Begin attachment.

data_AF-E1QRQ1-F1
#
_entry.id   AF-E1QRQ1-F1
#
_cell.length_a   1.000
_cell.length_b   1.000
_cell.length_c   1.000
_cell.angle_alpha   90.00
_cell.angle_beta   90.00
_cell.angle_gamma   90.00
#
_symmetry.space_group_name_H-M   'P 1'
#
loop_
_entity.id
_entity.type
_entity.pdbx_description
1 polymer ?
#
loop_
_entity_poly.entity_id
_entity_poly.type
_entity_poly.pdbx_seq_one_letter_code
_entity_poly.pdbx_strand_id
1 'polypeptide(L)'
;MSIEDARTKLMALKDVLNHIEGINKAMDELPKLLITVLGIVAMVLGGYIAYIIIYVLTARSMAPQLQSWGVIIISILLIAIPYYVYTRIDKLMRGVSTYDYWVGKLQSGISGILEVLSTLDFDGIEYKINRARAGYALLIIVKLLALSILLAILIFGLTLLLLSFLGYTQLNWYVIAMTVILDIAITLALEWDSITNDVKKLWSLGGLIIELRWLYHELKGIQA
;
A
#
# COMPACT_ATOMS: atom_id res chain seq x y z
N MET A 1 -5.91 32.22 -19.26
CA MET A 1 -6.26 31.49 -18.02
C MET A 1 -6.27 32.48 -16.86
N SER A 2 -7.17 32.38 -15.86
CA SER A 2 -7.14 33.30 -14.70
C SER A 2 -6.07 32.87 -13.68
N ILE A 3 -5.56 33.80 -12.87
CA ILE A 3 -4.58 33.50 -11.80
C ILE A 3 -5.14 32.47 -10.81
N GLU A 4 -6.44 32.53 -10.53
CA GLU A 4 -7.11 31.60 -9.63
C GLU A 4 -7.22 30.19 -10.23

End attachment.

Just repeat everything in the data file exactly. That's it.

data_AF-E1QRQ1-F1
#
_entry.id   AF-E1QRQ1-F1
#
_cell.length_a   1.000
_cell.length_b   1.000
_cell.length_c   1.000
_cell.angle_alpha   90.00
_cell.angle_beta   90.00
_cell.angle_gamma   90.00
#
_symmetry.space_group_name_H-M   'P 1'
#
loop_
_entity.id
_entity.type
_entity.pdbx_description
1 polymer ?
#
loop_
_entity_poly.entity_id
_entity_poly.type
_entity_poly.pdbx_seq_one_letter_code
_entity_poly.pdbx_strand_id
1 'polypeptide(L)'
;MSIEDARTKLMALKDVLNHIEGINKAMDELPKLLITVLGIVAMVLGGYIAYIIIYVLTARSMAPQLQSWGVIIISILLIAIPYYVYTRIDKLMRGVSTYDYWVGKLQSGISGILEVLSTLDFDGIEYKINRARAGYALLIIVKLLALSILLAILIFGLTLLLLSFLGYTQLNWYVIAMTVILDIAITLALEWDSITNDVKKLWSLGGLIIELRWLYHELKGIQA
;
A
#
# COMPACT_ATOMS: atom_id res chain seq x y z
N MET A 1 -5.91 32.22 -19.26
CA MET A 1 -6.26 31.49 -18.02
C MET A 1 -6.27 32.48 -16.86
N SER A 2 -7.17 32.38 -15.86
CA SER A 2 -7.14 33.30 -14.70
C SER A 2 -6.07 32.87 -13.68
N ILE A 3 -5.56 33.80 -12.87
CA ILE A 3 -4.58 33.50 -11.80
C ILE A 3 -5.14 32.47 -10.81
N GLU A 4 -6.44 32.53 -10.53
CA GLU A 4 -7.11 31.60 -9.63
C GLU A 4 -7.22 30.19 -10.23